• Simultaneous display of 3D and 2D content (at the same high resolution);
  • Extremely small angle between adjacent views (hence, no viewing discontinuity or perspective “gaps”);
  • Complete freedom of position for the observer within the viewing angle;
  • All the electronic components used in Zecotek 3D Display are currently available and supplied by majorcompanies (e.g. Texas Instruments). The core design can be readily adapted to flat panel configurations. The following table summarizes the important performance features of the Zecotek glasses-free auto-stereoscopic 3D display technology.



3D image resolution per view, pixels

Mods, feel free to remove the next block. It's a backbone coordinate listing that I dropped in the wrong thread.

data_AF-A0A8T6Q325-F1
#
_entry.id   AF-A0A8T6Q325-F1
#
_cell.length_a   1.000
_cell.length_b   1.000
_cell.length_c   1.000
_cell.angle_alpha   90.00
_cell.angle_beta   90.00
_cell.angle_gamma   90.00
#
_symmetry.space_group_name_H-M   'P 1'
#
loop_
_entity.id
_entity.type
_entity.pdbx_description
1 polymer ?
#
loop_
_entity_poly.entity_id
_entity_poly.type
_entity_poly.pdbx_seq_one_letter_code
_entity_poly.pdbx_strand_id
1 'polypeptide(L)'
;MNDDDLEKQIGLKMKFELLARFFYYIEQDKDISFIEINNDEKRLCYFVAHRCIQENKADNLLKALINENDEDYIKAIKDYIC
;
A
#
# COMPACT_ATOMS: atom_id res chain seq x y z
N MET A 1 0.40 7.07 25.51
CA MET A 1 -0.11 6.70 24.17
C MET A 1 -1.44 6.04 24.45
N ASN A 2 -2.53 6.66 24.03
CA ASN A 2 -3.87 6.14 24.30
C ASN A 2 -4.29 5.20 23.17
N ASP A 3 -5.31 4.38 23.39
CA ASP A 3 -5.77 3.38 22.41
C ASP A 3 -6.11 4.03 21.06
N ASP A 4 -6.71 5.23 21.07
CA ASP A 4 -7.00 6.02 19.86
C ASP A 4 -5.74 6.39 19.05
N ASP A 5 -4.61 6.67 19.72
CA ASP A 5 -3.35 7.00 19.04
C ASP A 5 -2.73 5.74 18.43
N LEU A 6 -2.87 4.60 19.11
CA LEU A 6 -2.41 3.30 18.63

1920×1080 (full HD)

Number of views (perspectives)

Up to 90

Screen size, inches

10 to 54

Viewing angle, degrees

≥ 50

Number of color channels

3 (r, g, b)

Color depth

~20 bit (at 40 views)

Intellectual Property

All technology has been developed in-house by Zecotek scientists and technicians and does not rely on any licensed IP. All IP is owned and controlled by Zecotek. The Zecotek 3D Display has been granted Australian Patents under PCT. US Patents have been filed and published by the US Patent Office.


In 2009 Zecotek was honoured with the prestigious Frost and Sullivan award for ‘Best Enabling Technology’. The Company has featured in Discovery Channel’s Daily Planet, and in 2010 was cited as one of the top ten Canadian technology companies to be the next ‘big thing’ for its 3D display system.

3D Display White Paper http://www.zecotek.com Copyright © 2011 Zecotek Photonics, Inc. info@zecotek.com All Rights Reserved